Fabian Delph has set an excellent precedent


The public reaction to the news that Fabian Delph will not be leaving Aston Villa this Summer said quite a lot. When, yesterday, it appeared as if Delph was headed for Manchester City, the air was thick with a sense of deja vu - here was an England international making great strides in his career and here he was about to willfully derail himself.

Delph is neither Jack Rodwell nor Scott Sinclair and his theoretical claim to a starting role at The Etihad Stadium was at least credible, but such a transfer surely represented an enormous gamble - a preposterous risk to be taking a year out from Euro 2016. Had he completed a move to the North-West, Delph’s future seemed pre-determined: ten-to-fifteen Premier League starts a year, diminishing relevance and, eventually, a loan or a transfer back down the table.

That isn’t to diminish his ability, because Delph is a good player - in fact, he’s arguably the most undervalued midfielder in the country. The point, instead, is that such a transfer would have been an over-reach and, given City’s quota-driven motives for pursuing him, a move which would likely have been of greater benefit to his new club than it would have been to him.

Where is Delph’s place in that current City team? How does he improve them? What guarantees are there that, within a year, he wouldn’t have been competing with a Pogba or a Vidal?

There’s an argument that contests that and which says that English players should be encouraged to test themselves and shouldn’t settle within a comfort-zone. That’s not untrue but, in this instance, it wasn’t really applicable. If Villa are unable to awake from their recent sleep-walk at the foot of the division, then Delph absolutely should try to challenge himself at a higher level - but that’s a relative situation.

There is a chasm between City and Villa and moving from one to the other would have been less a progression and more a quantum leap. Players should have ambition and that always, always, always has to tempered by a sense of realism. When the former is emphasised over the latter, the result is usually the same: career stagnation that, sometimes, can be a precursor to permanent devaluation.

So Delph has avoided the honey-trap and he and his representatives are to be applauded for that. It’s good news for Villa, clearly, but it also sets a very healthy example for the future. Playing-time governs progress and all the fallacies about training with a higher standard of player and being exposed to a superior working environment amount to little beyond the false-justification of a reckless choice.

Watch and learn, English players: all that glitters isn’t gold.

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9 Comments on "Fabian Delph has set an excellent precedent"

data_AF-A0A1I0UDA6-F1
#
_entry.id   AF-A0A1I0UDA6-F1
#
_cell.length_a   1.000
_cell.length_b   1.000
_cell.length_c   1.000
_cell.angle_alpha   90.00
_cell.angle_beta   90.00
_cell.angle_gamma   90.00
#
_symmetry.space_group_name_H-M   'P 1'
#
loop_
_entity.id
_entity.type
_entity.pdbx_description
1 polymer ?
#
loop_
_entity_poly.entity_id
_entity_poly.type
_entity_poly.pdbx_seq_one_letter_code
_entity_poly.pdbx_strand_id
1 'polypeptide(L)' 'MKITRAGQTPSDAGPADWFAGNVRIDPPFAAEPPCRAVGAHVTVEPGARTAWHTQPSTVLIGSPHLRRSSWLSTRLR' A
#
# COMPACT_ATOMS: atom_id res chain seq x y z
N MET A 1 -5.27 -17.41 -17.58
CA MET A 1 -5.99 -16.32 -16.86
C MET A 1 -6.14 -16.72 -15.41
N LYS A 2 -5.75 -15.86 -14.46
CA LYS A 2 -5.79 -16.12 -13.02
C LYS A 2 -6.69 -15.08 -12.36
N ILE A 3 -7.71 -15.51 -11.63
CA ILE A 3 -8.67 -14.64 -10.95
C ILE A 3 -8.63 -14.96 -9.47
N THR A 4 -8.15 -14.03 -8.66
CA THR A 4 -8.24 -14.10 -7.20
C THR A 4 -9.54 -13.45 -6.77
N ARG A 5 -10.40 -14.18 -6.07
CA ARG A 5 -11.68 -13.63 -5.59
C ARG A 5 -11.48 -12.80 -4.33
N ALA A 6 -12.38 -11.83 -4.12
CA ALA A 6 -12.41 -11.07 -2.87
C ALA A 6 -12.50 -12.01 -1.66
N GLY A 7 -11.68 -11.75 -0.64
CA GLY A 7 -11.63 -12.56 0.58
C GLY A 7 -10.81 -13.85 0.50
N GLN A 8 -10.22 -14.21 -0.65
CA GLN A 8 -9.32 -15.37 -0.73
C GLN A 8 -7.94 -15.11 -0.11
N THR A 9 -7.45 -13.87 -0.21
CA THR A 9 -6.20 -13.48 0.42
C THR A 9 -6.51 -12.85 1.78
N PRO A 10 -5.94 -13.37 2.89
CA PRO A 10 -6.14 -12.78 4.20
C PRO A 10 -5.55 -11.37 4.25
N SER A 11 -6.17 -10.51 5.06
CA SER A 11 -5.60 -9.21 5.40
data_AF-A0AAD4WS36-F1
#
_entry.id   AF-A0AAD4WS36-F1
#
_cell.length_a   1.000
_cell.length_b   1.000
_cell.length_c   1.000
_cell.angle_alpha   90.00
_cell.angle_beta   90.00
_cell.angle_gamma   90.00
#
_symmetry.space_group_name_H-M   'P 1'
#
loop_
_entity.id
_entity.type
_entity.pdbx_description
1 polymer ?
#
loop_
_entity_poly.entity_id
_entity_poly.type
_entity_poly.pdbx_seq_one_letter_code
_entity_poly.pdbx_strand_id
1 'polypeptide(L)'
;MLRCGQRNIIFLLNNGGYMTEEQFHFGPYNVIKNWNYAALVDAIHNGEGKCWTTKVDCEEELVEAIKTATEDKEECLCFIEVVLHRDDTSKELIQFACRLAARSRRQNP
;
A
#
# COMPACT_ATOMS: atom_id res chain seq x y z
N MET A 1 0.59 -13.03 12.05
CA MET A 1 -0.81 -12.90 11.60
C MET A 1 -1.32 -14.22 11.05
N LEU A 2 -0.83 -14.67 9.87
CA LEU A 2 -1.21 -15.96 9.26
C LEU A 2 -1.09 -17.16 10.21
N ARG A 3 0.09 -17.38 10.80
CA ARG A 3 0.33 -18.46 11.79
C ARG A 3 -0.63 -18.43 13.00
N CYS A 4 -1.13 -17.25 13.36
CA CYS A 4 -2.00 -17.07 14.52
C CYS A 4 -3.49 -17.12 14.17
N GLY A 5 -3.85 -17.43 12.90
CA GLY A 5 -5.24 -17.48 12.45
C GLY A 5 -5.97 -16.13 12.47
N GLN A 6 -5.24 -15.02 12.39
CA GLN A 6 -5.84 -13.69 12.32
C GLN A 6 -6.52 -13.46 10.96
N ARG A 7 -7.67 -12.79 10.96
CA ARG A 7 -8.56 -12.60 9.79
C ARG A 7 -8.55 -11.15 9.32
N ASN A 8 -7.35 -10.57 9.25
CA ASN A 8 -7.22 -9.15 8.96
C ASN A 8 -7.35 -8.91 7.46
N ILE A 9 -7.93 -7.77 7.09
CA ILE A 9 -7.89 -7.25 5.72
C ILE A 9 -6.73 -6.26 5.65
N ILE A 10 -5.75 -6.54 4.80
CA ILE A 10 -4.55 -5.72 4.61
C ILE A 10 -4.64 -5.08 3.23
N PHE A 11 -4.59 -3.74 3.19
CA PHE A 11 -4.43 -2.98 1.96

1. Its was a question of either a chance to win Titles, Trophys and medals at City or stay as captain of a mid table team. Simply boils down to ambition. Lescott, Milner and Barry were on the bench sometimes but it did’nt stop their England selection. In fainess its his choice.

  2. Did city actually talk to Delph? I’m not sure they did! Delph quote to villas website was “speculation”

  3. England are cack because ... | Jul 11, 2015 at 11:20 pm |

    England will benefit by stocking themselves with players who play week in week out in relegation battles ? I’m lost

  4. Of course they have trophies, thanks to paying players like Toure over 200k per week to reluctantly put on that blue shirt your bound to win something. Its everything thats wrong with football… Delph I hope is the start of England finally carving out a future again, a football player with a soul, fancy that eh?

  5. Milner, Hart, Barry, Lescott all have multiple trophies from what they achieved at City. Delphi could have gone and made a position his own there too had he shown more personal ambition. He either bottled it or didn’t have self belief.
    He could have being playing for one of the two top teams in England and in the champions league. But I guess all the press would prefer our England players to settle for mid-table obscurity.

  6. Wow an English lad who isnt a mercenary … Villa put Barry and Milner in the England fold by the way not City!

  7. Michael Joseph | Jul 11, 2015 at 6:18 pm |

    This is the best commentary i have read from a source that is not partizan Aston Villa. What you have said is ultimately true, go to citeh and earn a few million more than the millions you are already earning, but, you will effectively burn your career.
    Well said…..

  8. Yeah he was gonna derail himself? Sinclair and Rodwell were not England players and still are not even though they’re not a City. Hart became and England player with City as did Adam Johnson also Milner played for England as a regular because of his time at City as did Barry. Are the ones who left City playing for England? Milner may for a time but not long Johnson got no where near, so what is it you’re actually saying? If Delph wants to become an England regular he has to move to a top club or one of the top clubs players will be in instead. I don’t think City even made a move for Delph looks like press ranting to me, but if he get the opportunity to play at the top he’d be wise to take it looking at some mentioned here

  9. So the likes of Milner, Hart,Lescott, Milner,Barry, etc who all achieved the pinnacle of their careers with City are not examples of quality English players that excelled? Rodwell and Sinclair both boast horrendos injury records during their time at City. If england continues to boast players that are either at mediocre or relegation clubs, we are somehow pretending the national team will get better. Starting for Villa is alot different than proving your worth at a top 4 club.

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